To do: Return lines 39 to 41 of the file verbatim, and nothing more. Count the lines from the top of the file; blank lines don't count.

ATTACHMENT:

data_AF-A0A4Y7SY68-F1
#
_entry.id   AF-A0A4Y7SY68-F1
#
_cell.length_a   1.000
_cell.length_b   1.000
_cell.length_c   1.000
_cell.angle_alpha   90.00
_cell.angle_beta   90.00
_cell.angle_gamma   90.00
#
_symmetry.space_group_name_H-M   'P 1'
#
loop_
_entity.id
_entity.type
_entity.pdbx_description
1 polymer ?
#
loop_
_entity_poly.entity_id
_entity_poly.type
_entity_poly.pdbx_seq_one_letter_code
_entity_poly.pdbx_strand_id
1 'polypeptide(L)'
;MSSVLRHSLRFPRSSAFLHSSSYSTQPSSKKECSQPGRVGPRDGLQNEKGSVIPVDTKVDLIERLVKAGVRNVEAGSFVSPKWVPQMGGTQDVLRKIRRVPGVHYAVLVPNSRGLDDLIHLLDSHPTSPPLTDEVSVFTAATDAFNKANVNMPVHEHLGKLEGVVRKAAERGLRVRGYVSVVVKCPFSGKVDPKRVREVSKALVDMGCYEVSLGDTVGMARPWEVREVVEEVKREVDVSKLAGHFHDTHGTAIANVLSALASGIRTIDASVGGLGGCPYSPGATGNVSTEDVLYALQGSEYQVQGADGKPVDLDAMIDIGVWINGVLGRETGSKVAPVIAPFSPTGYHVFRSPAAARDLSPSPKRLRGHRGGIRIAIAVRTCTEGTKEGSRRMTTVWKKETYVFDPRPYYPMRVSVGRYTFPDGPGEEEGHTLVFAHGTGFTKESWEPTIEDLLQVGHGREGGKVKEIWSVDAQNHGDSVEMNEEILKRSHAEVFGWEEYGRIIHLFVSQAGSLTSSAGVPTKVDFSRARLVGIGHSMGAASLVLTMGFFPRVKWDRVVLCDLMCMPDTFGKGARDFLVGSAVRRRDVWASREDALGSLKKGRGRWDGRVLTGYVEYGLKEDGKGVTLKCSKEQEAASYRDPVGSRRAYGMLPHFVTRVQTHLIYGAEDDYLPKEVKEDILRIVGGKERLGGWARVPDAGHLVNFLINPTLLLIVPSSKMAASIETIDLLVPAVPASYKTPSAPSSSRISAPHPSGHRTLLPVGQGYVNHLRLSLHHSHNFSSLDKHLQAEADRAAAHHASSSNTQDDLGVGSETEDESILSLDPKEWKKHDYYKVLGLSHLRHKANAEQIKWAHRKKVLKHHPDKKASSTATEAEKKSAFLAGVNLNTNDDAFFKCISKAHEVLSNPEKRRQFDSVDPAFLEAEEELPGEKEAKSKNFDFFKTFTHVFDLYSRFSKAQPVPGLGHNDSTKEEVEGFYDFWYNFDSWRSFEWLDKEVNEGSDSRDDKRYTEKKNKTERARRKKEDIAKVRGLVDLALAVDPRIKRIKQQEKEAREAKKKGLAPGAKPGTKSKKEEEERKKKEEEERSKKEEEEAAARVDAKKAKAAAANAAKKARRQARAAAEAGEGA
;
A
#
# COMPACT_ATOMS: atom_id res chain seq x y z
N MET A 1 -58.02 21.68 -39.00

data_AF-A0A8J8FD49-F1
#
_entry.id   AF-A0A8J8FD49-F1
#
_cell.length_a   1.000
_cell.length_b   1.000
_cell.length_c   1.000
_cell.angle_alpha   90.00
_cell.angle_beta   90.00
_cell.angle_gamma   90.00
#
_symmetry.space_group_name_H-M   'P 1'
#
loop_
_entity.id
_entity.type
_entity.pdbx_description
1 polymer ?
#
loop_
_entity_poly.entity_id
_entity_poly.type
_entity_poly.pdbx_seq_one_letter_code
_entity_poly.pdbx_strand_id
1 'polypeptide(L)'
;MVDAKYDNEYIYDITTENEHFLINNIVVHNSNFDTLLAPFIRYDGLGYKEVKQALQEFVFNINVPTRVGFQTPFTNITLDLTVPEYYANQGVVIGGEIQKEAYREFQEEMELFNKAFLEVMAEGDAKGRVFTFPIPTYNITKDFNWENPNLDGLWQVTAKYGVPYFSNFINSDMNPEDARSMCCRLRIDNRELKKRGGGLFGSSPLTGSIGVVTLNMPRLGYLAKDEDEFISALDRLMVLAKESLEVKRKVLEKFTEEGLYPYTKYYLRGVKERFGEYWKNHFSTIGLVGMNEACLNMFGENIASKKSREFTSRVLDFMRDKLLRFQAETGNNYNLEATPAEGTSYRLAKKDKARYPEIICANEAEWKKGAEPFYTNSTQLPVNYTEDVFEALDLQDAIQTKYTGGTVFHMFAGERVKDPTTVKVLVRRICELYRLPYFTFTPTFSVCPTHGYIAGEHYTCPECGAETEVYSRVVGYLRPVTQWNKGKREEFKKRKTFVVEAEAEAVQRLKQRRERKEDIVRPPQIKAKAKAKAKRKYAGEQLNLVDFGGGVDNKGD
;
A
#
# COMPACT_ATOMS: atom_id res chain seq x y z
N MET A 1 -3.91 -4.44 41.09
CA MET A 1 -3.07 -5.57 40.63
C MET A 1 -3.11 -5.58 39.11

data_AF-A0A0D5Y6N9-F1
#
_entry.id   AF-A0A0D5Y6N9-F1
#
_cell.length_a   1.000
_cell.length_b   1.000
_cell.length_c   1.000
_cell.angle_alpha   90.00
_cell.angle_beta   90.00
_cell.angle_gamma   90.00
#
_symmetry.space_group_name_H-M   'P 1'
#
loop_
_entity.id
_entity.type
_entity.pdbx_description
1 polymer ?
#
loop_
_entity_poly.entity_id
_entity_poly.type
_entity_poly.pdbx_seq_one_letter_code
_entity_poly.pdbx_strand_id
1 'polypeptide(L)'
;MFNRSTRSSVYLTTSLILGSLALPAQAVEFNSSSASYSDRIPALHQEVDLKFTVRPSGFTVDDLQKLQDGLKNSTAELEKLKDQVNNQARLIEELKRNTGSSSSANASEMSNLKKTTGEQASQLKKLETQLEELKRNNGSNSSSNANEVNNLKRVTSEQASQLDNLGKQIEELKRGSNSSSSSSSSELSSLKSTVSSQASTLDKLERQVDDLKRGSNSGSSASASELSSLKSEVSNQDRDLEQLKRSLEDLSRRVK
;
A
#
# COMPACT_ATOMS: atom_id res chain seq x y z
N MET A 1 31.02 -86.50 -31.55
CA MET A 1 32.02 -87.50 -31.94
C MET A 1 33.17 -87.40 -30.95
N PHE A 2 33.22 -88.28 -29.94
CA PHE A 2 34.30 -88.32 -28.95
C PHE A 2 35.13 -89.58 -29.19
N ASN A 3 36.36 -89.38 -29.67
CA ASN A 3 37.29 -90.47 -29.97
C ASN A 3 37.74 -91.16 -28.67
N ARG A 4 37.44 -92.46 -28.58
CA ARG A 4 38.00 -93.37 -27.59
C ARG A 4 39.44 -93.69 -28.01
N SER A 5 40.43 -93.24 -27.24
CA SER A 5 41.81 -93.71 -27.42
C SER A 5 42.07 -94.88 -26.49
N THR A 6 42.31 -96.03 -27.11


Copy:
_cell.angle_alpha   90.00
_cell.angle_beta   90.00
_cell.angle_gamma   90.00